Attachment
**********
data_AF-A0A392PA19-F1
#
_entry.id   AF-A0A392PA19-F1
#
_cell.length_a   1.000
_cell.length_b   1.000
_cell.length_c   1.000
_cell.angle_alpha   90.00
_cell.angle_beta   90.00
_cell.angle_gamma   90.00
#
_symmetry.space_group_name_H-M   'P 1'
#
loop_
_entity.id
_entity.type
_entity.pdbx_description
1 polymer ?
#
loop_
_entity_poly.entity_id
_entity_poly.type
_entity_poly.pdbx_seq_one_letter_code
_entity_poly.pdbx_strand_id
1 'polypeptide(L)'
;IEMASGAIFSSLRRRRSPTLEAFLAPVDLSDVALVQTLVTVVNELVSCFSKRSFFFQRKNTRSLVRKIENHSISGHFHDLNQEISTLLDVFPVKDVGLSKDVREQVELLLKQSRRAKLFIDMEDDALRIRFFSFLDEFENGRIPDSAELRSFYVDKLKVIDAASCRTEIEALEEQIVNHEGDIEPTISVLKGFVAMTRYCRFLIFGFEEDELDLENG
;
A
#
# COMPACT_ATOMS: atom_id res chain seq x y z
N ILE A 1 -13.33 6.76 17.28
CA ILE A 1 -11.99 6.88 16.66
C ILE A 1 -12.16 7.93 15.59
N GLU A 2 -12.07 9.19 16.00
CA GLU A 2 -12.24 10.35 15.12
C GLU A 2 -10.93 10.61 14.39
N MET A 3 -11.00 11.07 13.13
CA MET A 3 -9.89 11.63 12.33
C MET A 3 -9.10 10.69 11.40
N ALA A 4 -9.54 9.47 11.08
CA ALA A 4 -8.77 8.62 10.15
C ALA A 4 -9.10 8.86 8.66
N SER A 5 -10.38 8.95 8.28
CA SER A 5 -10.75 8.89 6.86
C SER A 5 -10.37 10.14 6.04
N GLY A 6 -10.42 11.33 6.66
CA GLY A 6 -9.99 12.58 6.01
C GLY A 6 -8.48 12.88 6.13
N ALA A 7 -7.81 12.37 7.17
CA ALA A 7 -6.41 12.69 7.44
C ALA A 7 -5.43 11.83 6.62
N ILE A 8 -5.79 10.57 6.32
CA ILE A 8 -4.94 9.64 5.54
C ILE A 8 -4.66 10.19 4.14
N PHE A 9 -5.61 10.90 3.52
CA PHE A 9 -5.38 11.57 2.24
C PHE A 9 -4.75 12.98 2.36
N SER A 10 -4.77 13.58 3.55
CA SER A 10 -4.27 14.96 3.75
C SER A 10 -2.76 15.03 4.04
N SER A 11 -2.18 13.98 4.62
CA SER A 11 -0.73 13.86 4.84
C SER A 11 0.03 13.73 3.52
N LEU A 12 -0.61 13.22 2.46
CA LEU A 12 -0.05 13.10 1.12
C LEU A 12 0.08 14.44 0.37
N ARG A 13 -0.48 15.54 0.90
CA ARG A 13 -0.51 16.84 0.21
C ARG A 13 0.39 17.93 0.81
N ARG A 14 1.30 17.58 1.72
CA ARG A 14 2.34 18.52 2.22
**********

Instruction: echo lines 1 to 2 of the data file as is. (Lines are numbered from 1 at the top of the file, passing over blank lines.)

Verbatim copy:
data_AF-A0A392PA19-F1
#